Hart has created a number of characters who are believable and easy to empathise with. I especially respected his ability to write one particularly abhorrent character who works as the perfect metaphor for Cloud.
Weaving the backstory of Cloud, as told by its charming CEO, alongside Zinnia’s and Paxton’s stories ensures that the reader is kept intrigued throughout this story of corporate espionage in a world where everyone has their own agenda.
When a homeless veteran hears something heavy fall into the River Tyne in the middle of an argument between two men, he tries to ignore it. But when he sees a plea from a girl whose dad is missing, Jimmy can’t turn a blind eye anymore. The girl – Carrie – reminds Jimmy of someone from his past and he decides he has to face the truth. Telling Carrie what he thought he heard, Jimmy gets pulled into an investigation which puts his life at risk.
Trevor Wood’s protagonist, Jimmy Mullen, is a truly original character. I love the fact that Wood has tackled stereotypes with characters like Jimmy, Gadge and Deano – they’re truly unforgettable and massively sympathetic despite having complex backgrounds. Wood’s characters are portrayed sensitively and with understanding. I rooted for Jimmy from page one.
Set in Newcastle, ‘The Man on the Street‘ evokes a strong sense of place while drawing the reader into a complex investigation. Having read crime fiction for many years, it’s not often a reveal leaves me speechless but Trevor Wood has managed it!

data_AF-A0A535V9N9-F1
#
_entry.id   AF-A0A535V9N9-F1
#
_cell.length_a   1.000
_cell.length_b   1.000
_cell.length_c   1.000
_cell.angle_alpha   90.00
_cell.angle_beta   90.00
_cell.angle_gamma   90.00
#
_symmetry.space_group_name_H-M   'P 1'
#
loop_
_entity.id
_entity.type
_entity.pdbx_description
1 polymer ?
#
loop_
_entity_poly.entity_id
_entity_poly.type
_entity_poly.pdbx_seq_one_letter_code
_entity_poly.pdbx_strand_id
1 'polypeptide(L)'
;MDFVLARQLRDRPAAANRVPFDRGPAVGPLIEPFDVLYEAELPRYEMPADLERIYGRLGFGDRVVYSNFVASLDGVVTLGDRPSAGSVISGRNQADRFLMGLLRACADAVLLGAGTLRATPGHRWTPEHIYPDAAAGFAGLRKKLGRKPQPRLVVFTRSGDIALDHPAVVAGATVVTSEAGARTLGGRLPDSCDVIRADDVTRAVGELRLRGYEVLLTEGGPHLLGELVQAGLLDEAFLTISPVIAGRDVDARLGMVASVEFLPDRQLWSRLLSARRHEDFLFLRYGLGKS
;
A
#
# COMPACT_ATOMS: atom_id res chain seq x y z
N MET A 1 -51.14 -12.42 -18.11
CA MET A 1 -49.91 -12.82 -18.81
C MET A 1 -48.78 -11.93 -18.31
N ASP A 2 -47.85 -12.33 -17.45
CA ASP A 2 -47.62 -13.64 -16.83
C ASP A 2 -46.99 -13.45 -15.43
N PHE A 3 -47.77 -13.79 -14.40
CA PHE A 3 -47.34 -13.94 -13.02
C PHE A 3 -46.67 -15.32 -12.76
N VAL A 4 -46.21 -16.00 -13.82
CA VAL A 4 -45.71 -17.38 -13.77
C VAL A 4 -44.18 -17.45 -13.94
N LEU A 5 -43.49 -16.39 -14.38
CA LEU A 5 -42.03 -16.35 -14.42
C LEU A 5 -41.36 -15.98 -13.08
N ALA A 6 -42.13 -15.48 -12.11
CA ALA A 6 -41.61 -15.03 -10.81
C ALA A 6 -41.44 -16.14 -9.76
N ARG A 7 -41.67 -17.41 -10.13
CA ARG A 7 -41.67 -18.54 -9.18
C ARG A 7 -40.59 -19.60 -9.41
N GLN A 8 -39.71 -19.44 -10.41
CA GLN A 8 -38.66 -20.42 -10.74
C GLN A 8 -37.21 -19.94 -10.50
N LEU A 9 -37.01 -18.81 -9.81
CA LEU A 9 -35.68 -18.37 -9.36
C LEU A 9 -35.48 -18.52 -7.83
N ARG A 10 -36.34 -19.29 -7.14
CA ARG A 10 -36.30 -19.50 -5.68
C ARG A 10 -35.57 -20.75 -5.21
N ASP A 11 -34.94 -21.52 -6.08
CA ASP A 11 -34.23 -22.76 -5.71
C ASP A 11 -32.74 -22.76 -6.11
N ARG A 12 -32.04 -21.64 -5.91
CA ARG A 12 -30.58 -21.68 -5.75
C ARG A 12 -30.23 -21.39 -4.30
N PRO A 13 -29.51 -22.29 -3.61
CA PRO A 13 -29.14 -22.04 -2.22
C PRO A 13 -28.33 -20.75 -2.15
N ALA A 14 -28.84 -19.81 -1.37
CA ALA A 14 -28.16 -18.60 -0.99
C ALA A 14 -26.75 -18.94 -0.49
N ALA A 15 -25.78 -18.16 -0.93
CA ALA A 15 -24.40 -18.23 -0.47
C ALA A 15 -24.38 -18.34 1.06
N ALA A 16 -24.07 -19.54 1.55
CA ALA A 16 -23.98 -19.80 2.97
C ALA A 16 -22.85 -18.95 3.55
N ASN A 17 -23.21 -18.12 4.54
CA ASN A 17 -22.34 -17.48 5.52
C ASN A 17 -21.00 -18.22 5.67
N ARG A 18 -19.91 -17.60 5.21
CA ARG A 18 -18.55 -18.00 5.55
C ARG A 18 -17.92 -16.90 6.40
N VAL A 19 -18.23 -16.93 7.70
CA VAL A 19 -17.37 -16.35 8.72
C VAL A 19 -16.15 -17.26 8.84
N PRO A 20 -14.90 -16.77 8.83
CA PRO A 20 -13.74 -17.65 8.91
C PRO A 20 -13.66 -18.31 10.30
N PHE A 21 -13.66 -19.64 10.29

With engaging characters, strong dialogue and gritty realism, ‘The Man on the Street‘ is utterly compelling. I couldn’t put it down.
When Carrie was accused of brutally murdering her husband’s lover, she denied it. She denied it when they arrested her, when they put her in front of a jury, and when they sent her to prison.
Now she’s three years into a fifteen-year sentence, away from the daughter she loves and the life she had built. And she is still denying that she is to blame.
Tess Gilroy has devoted her life to righting wrongs. Through her job for Innocence UK, a charity which takes on alleged miscarriages of justice, she works tirelessly to uncover the truth.
But when she is asked to take Carrie’s case, Tess realises that if she is to help this woman, she must risk uncovering the secrets she has struggled a lifetime to hide . . .
I really enjoyed ‘Clear My Name‘, Paula Daly delves into the world of charities that work to overthrow wrongful convictions. Although these charities are now often in the news, I haven’t read a novel about these groups before. Using Tess to tell the story gives the reader an insight into the difficulties encountered by those involved in these investigations.
The story is fast-paced and I found myself unable to put ‘Clear My Name‘ down. I constantly questioned what could have truly happened to Ella. ‘Clear My Name‘ is a compelling story featuring complex characters. Combined with an original concept, this novel is sure to be a hit.
Happy publication day to Paula Daly – you can get your copy of ‘Clear My Name‘ now. You won’t regret it.
Nanny Anna only takes her eyes off Laurel for a second, thinking Laurel was following her mum through the crowds. But in a heartbeat, Laurel is gone.
Laurel’s parents are frantic. As is Anna. But as the hours pass, and Laurel isn’t found, suspicion grows. Someone knows what happened to Laurel but they’re not telling.
My mum recommended ‘Have You Seen Her‘ to me and I could not put it down. The narrative is simple yet effective, sucking the reader in.
Set in a small village, ‘Have You Seen Her‘ explores the reaction of a community after a child goes missing. Sadly, it seemed an all-too-familiar scenario which added some realism to the story.
Alongside evocative descriptions of place, Hall’s exploration of her characters sets up a great mystery where anyone could be guilty. I thought her descriptions of Laurel’s parents and their relationship were particularly strong.
‘Have You Seen Her‘ is the first of Lisa Hall’s novels that I’ve read but it certainly won’t be the last.